See Tokyo, Run Tokyo: Five Scenic Running Courses
Tokyo might be one of the most cramped metropolises in the world, but whether you're into long-distance training, trail running, or just in need of a refreshing jog, this city has the path your feet are itching for.
Here are five of our favorite Tokyo running spots, with something to offer runners of all levels and styles.
This four-kilometer-long urban river winds through three Tokyo wards—Shinagawa, Setagaya, and Meguro—making it the perfect course for inner-city runners. There’s something about running along a river that really relaxes the mind, and the Meguro River offers much more than a continuously serene path through calm residential areas. Runners will also encounter many bridges, museums, parks and temples along the way. The only negative thing about this run might be the dangers that come with not watching the road!
Known as one of Tokyo’s best woodsy getaways, Yoyogi Park lies smack dab in between the notoriously un-green Shinjuku and Shibuya districts. Not only does this popular scenic spot attract runners with its variety of trails through well-kept grassy lawns and dense woods (not to mention being open 24 hours, perfect for the after-hours worker), it’s also an ideal spot to have a picnic, sunbathe under the open sky, fly a kite, practice yoga, and do various other activities that make good remedies for the city blues.
The five-kilometer loop around Tokyo’s Imperial Palace adds a dollop of historical sightseeing to your run or bike ride, but don’t expect this workout to be completely without its outside temptations. The many hot spring facilities surrounding the area allow runners access to convenient locker and changing spaces as well as an after-workout treat. The circuit can get crowded due to its incredible popularity and easy access from its many nearby train stations. Still, the Imperial Palace route is awesome; who doesn’t want to add “fancy” to the list of adjectives describing a morning or evening run?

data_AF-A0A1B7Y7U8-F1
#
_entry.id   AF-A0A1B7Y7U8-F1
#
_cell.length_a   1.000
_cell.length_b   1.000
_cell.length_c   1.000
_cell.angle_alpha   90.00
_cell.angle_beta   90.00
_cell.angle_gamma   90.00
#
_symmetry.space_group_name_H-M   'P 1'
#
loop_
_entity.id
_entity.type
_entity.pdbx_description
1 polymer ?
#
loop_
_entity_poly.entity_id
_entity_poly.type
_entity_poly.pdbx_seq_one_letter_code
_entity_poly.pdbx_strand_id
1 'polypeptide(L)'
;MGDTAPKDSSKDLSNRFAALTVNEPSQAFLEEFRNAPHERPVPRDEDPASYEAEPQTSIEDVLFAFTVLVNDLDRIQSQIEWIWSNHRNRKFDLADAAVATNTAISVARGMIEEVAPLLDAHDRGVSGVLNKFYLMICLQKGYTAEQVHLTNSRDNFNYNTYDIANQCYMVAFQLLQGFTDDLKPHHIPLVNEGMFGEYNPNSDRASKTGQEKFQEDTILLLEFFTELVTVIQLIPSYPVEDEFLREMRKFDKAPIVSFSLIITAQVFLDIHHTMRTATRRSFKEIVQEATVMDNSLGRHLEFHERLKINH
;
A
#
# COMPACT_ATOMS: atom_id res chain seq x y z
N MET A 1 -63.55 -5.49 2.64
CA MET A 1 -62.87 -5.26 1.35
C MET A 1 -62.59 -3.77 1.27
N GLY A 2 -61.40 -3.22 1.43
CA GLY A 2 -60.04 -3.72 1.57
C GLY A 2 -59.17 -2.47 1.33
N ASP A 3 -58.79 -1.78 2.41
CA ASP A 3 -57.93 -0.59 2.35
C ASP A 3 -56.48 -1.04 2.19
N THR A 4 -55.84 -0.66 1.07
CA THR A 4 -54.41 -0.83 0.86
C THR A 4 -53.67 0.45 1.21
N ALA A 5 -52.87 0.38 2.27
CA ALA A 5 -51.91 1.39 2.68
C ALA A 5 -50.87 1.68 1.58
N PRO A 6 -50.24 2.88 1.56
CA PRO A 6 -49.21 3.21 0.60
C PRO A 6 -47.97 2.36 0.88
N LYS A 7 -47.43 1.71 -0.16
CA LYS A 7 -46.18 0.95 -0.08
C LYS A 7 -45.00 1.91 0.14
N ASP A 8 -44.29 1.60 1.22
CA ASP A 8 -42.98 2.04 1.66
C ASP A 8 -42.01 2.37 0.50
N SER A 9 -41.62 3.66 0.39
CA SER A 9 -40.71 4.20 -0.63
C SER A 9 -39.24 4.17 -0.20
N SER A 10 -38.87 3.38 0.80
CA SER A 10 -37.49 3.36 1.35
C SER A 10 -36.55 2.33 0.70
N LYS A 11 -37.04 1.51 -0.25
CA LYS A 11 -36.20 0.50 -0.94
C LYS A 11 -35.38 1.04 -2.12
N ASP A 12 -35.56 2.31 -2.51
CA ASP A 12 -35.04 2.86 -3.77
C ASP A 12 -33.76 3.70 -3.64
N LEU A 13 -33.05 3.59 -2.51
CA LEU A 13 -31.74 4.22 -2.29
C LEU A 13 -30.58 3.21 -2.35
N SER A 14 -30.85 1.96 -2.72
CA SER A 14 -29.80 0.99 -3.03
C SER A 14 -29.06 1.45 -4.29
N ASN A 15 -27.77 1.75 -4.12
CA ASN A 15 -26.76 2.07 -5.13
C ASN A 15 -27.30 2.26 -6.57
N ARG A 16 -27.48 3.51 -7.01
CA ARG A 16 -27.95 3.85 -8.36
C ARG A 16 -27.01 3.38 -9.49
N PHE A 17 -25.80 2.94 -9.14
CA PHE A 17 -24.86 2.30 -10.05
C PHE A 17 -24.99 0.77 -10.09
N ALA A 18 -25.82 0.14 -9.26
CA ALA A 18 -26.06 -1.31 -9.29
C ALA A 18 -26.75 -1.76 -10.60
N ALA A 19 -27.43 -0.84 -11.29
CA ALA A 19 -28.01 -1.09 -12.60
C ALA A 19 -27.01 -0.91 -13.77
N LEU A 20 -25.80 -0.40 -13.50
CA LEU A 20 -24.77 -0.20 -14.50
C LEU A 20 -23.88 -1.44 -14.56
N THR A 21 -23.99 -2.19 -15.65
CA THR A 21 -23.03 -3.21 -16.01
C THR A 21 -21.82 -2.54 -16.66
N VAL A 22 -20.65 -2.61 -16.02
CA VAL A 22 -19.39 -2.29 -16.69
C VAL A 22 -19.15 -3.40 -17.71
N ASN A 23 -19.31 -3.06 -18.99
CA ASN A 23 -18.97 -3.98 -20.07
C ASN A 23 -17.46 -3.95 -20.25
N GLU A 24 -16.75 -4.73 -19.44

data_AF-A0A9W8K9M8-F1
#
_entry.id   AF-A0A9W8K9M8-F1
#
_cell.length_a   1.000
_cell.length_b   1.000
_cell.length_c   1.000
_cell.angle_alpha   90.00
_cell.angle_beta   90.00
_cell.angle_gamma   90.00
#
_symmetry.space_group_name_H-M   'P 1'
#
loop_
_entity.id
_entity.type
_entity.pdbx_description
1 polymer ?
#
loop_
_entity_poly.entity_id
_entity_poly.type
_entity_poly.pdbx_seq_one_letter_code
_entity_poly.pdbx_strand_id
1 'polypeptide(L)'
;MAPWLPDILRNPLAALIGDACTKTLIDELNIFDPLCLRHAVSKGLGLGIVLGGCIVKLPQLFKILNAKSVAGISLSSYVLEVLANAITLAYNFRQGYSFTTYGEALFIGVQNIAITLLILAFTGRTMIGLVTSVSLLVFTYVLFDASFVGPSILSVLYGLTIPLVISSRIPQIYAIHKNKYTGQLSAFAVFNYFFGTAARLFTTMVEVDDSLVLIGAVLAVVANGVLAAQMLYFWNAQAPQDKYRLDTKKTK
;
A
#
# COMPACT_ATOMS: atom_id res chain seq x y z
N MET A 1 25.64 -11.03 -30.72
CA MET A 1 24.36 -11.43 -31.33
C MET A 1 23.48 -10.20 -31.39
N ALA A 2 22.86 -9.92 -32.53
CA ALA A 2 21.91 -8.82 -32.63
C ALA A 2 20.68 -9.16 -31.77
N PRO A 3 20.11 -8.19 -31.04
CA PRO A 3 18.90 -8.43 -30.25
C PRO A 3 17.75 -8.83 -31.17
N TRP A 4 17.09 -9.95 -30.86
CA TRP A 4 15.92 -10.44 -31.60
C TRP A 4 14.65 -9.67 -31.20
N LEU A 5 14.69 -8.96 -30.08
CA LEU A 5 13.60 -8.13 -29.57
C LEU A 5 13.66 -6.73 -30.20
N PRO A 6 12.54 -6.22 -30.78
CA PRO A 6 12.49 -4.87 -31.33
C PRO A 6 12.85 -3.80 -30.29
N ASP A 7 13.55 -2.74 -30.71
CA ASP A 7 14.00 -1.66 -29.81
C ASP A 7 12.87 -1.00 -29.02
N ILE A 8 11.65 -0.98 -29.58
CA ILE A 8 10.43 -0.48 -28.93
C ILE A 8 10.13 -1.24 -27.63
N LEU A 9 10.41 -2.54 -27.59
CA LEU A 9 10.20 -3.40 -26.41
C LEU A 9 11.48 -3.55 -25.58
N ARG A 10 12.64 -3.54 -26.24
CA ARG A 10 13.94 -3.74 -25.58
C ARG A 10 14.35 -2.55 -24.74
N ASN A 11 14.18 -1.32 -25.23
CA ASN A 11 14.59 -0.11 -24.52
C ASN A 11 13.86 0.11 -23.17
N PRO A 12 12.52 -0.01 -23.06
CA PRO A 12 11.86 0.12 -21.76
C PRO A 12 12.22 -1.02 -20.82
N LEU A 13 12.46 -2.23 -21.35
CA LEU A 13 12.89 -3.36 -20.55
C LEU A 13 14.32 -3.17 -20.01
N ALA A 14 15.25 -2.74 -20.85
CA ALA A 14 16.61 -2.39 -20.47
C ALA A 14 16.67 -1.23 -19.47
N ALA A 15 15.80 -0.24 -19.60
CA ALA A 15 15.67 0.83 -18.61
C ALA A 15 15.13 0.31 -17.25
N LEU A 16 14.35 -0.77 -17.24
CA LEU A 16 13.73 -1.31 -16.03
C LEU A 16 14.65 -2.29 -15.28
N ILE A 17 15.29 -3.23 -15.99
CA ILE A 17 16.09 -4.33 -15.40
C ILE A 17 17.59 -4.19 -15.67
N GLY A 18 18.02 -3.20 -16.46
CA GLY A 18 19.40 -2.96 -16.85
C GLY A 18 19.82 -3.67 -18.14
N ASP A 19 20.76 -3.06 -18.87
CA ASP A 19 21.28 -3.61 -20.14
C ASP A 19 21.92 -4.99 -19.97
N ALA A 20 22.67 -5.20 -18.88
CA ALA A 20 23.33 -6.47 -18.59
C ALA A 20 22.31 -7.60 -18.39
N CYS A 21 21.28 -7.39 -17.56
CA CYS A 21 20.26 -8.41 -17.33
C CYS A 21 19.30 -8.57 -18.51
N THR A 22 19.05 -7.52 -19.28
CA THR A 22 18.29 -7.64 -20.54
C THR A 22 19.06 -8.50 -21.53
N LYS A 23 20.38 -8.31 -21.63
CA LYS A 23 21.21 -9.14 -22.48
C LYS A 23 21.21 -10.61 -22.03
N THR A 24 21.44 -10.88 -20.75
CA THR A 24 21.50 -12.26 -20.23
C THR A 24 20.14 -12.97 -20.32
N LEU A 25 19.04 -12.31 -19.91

Meiji Jingu Gaien
The Meiji Jingu Gaien running course seems like an unpretentious one; it’s known not specifically for its running paths but more for its variety of other facilities: the baseball games at Jingu Stadium, an ice skating rink onsite, a golf range, some baseball fields, tennis courts, and even a culture school, complete with classes in traditional Japanese arts. The run itself is short, close to one kilometer, but the paved track is clearly marked every 100 meters, making training a breeze. Prepare for the Tokyo 2020 Olympics by visiting the National Olympic Station, only a slight detour from the running course, to take a moment to commemorate the original 1964 Olympic stadium building.
Mount Kumotori Ascent
This trail is for serious runners only. No, scratch that, this is for the hard core, take-it-to-the-next-level sorts who need their run to be more than just the number of loops they did or record time beaten. Mount Kumotori is way off the beaten path; located in Omatsuri, at the intersection of Tokyo, Saitama, and Yamanashi Prefectures, it is Tokyo’s tallest peak at a height of 2,017 meters. Most people would obviously prefer to hike up mountain trails, but Mount Kumotori’s ascent is featured in both CNN Travel and Namban Rengo (Tokyo’s international running club) as a popular trek for running, not walking. By carrying minimal equipment, trail runners can cover long distances in unpredictable terrain, getting a primal, adrenaline-fuelled run that only forest animals normally experience. In fact, besides the few other mountaineers you might encounter, you’ll most likely run into wild animals such as deer, weasels, wild boar, monkeys, and possibly bears. To fully take advantage of this natural gem, stay overnight in one of the huts available along the ascending trails, where you can enjoy a hot meal, a bath, and tired yet good-spirited company.
Text by Yulia Mizushima.